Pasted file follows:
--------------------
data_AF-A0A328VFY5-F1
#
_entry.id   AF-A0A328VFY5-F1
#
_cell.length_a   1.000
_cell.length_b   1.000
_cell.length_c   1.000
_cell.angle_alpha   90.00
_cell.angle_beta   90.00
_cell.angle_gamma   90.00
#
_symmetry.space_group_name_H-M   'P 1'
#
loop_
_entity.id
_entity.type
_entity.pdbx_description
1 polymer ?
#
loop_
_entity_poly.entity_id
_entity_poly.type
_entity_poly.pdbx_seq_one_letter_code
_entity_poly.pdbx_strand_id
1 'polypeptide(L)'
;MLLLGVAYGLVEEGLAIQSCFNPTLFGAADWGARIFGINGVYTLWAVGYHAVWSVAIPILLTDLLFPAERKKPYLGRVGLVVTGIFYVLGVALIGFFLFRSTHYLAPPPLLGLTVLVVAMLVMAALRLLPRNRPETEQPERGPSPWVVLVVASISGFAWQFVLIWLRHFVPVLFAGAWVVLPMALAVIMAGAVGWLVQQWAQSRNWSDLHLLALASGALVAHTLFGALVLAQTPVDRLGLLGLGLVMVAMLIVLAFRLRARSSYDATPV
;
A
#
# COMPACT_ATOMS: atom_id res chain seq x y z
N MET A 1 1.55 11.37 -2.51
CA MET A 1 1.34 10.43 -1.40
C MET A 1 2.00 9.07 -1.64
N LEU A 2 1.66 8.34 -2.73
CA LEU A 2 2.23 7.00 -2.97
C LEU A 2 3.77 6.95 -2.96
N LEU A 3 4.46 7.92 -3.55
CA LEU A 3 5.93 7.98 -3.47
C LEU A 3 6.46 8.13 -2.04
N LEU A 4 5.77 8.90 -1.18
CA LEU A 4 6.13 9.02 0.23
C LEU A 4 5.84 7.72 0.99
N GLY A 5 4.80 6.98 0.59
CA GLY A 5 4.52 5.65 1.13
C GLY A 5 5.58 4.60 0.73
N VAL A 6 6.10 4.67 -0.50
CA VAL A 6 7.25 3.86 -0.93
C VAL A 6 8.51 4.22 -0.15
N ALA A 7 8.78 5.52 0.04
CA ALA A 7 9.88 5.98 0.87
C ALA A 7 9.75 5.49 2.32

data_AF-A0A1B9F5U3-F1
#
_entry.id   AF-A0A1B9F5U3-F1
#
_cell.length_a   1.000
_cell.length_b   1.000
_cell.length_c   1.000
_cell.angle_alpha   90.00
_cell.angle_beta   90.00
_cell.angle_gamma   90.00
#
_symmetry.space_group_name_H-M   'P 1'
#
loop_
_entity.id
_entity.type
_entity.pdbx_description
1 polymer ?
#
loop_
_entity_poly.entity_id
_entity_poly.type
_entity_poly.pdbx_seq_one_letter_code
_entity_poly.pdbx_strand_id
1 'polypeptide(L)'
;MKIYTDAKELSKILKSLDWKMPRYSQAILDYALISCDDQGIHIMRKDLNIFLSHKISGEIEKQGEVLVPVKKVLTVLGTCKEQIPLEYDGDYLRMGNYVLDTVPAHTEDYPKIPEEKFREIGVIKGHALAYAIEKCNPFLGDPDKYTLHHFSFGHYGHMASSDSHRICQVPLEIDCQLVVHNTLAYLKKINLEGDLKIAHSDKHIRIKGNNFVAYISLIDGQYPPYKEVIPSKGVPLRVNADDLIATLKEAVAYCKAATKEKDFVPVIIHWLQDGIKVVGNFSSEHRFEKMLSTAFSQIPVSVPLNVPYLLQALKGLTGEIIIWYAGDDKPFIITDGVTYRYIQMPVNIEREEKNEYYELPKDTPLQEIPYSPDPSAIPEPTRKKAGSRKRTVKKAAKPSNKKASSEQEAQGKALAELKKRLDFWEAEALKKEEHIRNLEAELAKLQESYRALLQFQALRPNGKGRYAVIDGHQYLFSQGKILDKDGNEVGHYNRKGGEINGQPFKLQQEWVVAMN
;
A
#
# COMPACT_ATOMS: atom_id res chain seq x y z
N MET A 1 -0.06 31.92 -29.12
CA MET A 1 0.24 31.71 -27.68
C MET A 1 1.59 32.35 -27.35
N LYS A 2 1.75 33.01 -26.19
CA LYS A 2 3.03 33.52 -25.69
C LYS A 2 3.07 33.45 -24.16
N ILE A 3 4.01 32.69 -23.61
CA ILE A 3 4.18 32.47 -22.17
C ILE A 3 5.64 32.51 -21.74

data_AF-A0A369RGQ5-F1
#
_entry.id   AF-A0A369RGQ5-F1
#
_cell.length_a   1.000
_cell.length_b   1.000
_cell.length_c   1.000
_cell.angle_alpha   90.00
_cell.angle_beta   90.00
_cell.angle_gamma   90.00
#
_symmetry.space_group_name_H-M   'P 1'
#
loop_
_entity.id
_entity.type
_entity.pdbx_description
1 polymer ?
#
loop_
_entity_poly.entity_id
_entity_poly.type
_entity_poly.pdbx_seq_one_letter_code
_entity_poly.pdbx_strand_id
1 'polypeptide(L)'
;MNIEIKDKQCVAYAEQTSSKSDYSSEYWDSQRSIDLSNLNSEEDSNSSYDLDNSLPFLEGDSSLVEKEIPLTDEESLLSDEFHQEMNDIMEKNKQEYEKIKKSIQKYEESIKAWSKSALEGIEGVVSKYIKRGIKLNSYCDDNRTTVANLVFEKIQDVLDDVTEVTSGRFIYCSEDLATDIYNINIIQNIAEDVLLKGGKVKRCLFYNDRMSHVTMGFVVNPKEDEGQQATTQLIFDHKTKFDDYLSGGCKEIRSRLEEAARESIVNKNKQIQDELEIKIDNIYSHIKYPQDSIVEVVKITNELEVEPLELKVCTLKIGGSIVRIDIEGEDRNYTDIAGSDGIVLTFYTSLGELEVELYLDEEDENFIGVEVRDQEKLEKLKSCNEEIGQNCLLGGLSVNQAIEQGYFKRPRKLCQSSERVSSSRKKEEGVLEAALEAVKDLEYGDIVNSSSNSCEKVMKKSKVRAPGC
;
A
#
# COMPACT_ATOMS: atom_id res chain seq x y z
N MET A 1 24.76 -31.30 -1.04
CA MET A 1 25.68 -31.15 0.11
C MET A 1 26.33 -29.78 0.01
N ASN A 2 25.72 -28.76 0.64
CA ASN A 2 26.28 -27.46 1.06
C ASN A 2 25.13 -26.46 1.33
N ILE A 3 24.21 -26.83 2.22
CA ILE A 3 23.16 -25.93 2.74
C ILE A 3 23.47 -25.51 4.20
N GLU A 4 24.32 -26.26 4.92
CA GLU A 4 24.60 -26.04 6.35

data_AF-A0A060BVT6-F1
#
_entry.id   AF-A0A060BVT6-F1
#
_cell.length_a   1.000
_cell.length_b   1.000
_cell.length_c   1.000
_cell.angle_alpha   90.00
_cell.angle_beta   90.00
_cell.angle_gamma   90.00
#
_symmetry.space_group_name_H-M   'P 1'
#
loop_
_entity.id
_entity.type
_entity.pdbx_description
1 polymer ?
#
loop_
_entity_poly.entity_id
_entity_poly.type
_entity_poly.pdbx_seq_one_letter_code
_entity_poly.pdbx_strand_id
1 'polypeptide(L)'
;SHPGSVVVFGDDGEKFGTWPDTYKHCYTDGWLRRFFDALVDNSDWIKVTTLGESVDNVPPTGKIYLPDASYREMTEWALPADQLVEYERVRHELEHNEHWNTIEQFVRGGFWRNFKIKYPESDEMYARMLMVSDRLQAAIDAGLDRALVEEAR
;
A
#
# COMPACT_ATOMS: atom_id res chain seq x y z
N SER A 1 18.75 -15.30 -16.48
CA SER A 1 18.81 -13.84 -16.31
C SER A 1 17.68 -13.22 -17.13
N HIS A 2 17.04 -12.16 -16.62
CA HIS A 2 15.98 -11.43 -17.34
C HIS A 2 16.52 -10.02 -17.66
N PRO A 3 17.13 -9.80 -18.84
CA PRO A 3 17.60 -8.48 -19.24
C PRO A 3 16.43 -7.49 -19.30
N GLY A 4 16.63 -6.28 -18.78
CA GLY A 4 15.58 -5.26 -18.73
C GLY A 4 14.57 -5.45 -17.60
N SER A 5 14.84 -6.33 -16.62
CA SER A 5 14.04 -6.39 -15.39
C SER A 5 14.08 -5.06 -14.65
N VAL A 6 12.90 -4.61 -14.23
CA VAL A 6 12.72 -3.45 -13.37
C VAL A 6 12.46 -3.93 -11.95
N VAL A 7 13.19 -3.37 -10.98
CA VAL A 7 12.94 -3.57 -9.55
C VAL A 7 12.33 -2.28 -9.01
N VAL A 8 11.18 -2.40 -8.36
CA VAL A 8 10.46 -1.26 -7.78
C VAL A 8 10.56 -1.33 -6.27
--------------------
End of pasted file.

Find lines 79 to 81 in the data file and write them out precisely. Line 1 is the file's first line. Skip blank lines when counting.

A
#
# COMPACT_ATOMS: atom_id res chain seq x y z